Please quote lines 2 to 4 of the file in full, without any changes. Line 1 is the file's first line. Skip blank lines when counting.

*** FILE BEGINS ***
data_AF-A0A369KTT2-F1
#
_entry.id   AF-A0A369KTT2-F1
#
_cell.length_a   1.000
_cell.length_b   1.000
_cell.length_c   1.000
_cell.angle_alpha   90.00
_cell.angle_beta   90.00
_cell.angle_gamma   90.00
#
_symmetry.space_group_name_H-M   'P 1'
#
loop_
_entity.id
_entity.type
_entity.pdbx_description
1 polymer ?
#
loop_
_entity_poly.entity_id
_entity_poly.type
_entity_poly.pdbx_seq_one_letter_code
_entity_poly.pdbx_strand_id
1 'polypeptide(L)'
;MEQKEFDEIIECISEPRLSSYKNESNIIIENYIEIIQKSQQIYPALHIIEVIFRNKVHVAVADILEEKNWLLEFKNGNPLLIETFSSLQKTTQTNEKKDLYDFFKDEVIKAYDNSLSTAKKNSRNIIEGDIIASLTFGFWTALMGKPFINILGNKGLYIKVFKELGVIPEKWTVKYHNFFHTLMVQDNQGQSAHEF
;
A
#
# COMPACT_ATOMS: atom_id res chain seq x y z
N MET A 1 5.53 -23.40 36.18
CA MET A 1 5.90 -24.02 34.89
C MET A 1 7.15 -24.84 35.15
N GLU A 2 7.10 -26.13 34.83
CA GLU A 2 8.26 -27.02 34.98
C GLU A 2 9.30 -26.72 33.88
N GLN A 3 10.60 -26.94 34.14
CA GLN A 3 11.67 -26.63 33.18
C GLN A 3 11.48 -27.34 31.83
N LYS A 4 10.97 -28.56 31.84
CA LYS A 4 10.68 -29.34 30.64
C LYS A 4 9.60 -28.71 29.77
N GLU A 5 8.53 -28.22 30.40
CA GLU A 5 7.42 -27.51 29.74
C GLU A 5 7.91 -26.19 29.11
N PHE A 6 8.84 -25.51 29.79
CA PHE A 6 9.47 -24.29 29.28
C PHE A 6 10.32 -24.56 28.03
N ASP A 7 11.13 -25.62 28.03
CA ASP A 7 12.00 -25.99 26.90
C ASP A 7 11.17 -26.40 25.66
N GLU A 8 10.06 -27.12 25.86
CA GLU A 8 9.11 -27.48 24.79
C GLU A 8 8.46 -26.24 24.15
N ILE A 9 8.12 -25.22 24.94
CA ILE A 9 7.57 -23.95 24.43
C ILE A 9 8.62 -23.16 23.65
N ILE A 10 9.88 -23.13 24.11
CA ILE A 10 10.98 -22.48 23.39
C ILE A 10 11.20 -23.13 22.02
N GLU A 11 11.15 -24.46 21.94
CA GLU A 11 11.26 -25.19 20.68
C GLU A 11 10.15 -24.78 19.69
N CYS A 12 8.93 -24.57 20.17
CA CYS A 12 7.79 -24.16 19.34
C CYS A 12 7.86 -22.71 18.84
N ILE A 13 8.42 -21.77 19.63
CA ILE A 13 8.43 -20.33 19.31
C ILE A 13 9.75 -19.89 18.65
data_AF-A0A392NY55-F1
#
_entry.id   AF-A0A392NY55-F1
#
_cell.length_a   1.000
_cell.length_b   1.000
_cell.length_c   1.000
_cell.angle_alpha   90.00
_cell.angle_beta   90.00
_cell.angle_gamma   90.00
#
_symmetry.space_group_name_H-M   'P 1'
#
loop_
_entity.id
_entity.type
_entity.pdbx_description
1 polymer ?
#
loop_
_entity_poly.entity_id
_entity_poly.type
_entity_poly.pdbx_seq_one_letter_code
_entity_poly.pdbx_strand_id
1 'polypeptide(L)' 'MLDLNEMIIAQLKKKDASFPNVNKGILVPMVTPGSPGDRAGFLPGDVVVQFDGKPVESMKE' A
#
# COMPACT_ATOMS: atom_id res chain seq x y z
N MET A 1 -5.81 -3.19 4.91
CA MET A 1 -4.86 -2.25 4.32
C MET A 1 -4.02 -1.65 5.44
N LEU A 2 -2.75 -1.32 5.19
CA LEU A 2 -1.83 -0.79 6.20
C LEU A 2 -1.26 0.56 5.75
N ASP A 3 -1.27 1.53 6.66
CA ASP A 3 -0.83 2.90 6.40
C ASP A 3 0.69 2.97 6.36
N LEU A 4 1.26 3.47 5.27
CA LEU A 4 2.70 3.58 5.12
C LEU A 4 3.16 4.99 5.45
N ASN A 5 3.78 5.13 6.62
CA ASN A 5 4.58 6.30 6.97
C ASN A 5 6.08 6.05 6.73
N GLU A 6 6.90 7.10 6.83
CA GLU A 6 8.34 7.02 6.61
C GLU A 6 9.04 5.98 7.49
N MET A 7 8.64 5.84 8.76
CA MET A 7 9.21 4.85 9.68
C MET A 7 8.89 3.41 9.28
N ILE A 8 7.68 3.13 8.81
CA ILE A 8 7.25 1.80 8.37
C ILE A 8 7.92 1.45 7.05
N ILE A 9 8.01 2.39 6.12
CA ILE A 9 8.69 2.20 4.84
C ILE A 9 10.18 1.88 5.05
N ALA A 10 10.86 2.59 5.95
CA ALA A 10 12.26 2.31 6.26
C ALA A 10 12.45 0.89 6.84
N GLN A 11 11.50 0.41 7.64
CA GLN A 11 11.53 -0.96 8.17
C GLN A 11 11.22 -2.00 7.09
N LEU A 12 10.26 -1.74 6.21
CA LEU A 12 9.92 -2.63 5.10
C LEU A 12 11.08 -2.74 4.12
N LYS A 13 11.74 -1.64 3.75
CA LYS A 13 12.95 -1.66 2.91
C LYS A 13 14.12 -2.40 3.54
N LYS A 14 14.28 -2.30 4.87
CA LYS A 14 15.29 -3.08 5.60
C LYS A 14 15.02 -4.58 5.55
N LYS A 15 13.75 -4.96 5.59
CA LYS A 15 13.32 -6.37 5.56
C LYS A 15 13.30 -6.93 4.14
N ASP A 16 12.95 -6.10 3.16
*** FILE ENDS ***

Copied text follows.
#
_entry.id   AF-A0A369KTT2-F1
#